Turkey, Stuffing, Then Shopping: Black Friday Is Actually Black Thursday Now
There’s one more annual tradition we can add to the Thanksgiving turkey feast and uncomfortable dinner conversation: the trip to the mall for “Black Friday” sales. We can now put Black Friday in quotes because the shopping is actually starting on Thanksgiving Thursday. So instead of taking a nap in order to wake up around 2:30 in the morning to be first in line with the doors open, people aren’t even going to sleep. It’s straight from pie to the mall.
There have been some vocal complaints about the early start to the holiday shopping spree. The Huffington Post recently wrote that people are “pissed” with Kmart for opening at 6am on Thanksgiving, with the site posting screenshot after screenshot of Facebook griping, most of it on behalf of the store’s employees. Graciously, some see this as an intrusion for sales associates who aren’t making nearly enough to justify being pried from family, friends, and good food.
However, a spokesperson from Kmart and Sears told MN Business that sales associates working these hours agreed to do it for extra pay.
“During the Thanksgiving and Black Friday holiday hours, stores will be staffed with seasonal associates who have volunteered to work. In addition, all eligible hourly associates are to be paid time and one-half their regular rate for all hours worked on the Company paid holiday, except where state or local laws require a higher rate,” an email statement reads.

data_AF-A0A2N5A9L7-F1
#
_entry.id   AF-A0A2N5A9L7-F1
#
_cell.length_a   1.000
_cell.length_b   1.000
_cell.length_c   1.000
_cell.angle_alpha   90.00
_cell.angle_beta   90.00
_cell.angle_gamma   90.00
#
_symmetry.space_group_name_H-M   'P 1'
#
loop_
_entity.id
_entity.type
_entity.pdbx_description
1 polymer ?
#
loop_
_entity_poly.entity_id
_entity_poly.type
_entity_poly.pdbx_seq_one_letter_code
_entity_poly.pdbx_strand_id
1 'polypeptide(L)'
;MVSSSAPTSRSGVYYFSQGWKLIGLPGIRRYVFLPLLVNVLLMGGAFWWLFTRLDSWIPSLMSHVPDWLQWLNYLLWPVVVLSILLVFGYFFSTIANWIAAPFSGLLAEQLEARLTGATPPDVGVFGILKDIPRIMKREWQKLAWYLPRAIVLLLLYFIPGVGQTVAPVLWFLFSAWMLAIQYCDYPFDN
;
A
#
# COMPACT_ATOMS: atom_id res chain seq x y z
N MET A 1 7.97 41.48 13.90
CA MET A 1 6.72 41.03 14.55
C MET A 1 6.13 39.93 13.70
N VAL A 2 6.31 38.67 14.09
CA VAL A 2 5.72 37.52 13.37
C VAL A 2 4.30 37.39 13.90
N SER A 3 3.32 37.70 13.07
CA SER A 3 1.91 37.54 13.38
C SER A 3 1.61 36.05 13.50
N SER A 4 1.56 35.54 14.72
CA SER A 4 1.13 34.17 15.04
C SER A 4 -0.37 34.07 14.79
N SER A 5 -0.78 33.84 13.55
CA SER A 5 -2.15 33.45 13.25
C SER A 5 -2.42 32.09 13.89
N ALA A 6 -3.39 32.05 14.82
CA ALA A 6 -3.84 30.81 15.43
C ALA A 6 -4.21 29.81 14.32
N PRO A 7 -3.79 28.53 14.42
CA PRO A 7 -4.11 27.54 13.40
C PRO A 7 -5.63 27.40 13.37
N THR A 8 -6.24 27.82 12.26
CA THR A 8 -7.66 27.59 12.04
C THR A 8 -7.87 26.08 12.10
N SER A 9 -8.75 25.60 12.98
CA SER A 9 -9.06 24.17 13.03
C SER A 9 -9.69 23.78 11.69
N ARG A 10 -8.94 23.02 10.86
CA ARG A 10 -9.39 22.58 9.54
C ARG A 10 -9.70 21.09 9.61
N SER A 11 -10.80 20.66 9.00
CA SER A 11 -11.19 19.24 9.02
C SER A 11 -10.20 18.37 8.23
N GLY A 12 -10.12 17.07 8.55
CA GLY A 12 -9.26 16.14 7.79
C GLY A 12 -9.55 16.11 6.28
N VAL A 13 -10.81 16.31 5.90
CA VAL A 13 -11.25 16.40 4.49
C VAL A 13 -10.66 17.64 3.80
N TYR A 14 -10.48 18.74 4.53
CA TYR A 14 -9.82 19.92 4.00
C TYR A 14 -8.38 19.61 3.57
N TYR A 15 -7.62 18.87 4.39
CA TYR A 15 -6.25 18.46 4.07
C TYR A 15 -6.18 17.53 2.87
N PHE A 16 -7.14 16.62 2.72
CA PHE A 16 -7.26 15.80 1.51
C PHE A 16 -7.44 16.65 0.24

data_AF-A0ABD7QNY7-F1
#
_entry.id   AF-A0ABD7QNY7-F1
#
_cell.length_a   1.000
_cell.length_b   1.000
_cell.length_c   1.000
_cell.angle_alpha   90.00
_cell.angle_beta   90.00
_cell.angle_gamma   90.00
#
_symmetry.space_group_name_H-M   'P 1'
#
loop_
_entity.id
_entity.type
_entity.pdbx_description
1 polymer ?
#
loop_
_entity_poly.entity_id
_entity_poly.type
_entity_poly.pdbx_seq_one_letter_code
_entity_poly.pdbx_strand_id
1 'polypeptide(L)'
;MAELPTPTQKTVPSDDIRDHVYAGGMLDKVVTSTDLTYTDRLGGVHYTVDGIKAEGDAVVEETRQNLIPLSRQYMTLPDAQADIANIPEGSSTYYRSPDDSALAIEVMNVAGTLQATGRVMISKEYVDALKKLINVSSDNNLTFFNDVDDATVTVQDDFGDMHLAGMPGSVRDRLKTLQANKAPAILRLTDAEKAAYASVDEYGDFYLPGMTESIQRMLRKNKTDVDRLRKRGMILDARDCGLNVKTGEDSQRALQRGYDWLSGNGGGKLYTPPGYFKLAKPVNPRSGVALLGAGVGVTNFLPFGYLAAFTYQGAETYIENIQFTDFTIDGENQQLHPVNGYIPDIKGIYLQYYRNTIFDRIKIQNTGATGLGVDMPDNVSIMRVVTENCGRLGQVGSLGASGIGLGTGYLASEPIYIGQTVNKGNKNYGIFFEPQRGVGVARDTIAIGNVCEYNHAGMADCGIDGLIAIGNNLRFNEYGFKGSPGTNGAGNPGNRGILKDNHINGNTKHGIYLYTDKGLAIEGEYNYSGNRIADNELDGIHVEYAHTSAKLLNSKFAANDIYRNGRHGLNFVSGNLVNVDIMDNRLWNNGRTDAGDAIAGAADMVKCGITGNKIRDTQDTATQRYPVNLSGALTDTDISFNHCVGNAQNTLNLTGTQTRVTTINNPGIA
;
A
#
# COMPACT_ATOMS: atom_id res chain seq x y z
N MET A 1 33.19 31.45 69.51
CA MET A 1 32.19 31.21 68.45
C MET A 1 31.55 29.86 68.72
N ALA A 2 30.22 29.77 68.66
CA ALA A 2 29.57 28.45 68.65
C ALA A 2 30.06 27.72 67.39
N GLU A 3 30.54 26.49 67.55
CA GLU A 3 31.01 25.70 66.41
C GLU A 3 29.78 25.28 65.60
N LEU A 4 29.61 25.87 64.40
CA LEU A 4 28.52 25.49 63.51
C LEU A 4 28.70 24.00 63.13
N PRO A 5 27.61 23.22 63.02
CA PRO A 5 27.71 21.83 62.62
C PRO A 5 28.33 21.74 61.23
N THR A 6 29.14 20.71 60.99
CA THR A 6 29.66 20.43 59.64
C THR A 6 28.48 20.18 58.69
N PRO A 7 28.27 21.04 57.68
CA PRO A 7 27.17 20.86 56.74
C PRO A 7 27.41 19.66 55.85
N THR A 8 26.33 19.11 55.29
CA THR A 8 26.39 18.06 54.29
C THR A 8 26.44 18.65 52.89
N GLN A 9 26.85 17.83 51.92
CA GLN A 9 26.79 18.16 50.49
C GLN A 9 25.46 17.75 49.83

Walmart announced this week that it’ll be open 6pm ET on Thanksgiving Day, the same time Best Buy will open its doors. Toys R Us will open at 5pm, Target at 8, and a number of other retailers including Macy’s and Kohl’s will open on Thursday for the first time.
In announcing the plan to be open for 41 hours straight, the press release from Kmart and Sears pushed perks for Shop Your Way members and a new Lease-to-Own program. Indeed, it’s all of the discounts and extras that are available during Black Friday that willingly gets lots of people to the stores during the holiday. For all of the complaints, shoppers have showed up on their own accord in the middle of the night to buy holiday goodies.
But according to The New York Times, the money train might be sputtering this year. First, there are six fewer days to shop this holiday season. And though there are more hours to shop, that doesn’t necessarily mean people have more cash to spend. In fact, last year sales on Black Friday fell 1.8 percent, but that could be because people had already started shopping the day prior. Holiday sales, overall, are only supposed to go up 3.9 percent this year, reports The Wall Street Journal (figures provided by the National Retail Federation).
The only thing that’s going to stop retailers from starting Black Friday earlier and earlier in the week are lower sales number. Complaining and signing online petitions add up to nothing when people turn up at all sorts of hours during Thanksgiving to spend their money. If there are some people who want to shop on Turkey Day, certainly that’s their prerogative. For everyone else, they just need to put their money where their mouth is. Or rather, enjoy another serving of dessert, another glass of wine, or one more movie on the TV and let the madness happen at the mall.